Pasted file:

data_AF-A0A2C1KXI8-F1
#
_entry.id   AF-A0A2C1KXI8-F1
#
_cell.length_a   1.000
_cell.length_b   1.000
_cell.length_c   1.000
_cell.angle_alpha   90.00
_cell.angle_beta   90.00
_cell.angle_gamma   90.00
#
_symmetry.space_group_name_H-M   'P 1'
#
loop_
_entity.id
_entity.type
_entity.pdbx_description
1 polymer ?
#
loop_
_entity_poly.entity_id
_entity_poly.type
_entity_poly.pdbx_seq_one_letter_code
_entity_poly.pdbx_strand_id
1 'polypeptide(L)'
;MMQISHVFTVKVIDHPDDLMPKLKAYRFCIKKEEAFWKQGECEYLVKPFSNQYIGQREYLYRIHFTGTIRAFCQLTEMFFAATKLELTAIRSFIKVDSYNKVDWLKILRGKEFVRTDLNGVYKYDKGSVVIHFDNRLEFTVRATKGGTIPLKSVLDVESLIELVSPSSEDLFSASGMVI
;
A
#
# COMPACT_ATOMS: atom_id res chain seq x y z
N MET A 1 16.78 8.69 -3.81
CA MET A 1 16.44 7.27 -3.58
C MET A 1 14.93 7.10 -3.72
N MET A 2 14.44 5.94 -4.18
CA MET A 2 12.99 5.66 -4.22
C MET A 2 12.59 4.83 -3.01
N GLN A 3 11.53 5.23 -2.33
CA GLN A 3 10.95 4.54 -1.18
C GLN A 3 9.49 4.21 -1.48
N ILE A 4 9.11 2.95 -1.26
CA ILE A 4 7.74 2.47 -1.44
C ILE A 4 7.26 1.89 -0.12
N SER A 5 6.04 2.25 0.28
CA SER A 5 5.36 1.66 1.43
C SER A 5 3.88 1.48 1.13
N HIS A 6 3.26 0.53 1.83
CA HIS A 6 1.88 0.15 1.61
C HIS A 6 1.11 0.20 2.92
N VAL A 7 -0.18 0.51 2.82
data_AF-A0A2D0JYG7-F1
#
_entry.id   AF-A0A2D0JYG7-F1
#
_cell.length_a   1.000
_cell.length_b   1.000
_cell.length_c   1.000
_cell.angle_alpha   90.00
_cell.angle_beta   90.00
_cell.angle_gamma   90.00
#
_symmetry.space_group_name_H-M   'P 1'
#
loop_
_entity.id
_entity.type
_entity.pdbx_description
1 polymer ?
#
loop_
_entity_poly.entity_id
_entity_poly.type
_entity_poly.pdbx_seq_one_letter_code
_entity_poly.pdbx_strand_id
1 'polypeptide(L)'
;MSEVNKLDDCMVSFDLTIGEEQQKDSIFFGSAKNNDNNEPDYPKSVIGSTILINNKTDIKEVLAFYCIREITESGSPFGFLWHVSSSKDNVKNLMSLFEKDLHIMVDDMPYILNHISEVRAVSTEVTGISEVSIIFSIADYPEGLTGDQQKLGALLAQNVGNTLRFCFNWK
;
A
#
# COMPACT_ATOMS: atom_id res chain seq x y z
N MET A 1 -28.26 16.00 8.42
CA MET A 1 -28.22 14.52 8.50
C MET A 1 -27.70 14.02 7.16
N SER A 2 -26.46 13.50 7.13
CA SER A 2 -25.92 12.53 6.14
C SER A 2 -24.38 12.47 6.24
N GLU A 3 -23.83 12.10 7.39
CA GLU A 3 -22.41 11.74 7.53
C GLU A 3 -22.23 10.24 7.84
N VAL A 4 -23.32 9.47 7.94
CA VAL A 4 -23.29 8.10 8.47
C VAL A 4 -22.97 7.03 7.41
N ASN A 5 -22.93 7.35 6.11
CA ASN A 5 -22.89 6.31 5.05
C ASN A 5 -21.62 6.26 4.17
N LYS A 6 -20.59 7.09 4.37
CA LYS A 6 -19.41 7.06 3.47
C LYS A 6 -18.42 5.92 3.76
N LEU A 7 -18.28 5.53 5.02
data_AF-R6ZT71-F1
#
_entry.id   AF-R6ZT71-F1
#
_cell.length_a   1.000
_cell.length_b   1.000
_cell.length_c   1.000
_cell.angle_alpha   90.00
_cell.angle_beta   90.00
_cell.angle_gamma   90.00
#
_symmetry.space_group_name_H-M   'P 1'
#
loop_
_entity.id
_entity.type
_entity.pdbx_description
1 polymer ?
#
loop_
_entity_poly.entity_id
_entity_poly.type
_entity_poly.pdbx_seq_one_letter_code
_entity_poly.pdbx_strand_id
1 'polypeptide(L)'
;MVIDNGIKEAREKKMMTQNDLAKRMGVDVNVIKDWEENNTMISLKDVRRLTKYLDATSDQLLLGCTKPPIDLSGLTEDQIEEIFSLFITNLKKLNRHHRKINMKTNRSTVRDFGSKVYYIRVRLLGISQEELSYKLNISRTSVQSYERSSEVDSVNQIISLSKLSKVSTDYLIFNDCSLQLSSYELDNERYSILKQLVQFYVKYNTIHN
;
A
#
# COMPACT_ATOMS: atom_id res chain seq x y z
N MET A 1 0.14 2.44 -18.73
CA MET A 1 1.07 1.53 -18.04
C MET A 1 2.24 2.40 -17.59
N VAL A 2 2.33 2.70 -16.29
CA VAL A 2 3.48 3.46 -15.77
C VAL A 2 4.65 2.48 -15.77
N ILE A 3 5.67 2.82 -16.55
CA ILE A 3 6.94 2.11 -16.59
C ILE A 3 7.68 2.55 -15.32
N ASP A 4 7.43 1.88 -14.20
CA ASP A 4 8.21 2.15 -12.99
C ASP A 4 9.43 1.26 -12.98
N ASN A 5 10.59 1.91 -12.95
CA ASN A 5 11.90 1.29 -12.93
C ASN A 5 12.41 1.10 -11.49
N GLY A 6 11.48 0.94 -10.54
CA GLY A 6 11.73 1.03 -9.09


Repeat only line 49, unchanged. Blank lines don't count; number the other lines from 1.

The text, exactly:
N VAL A 7 -0.18 0.51 2.82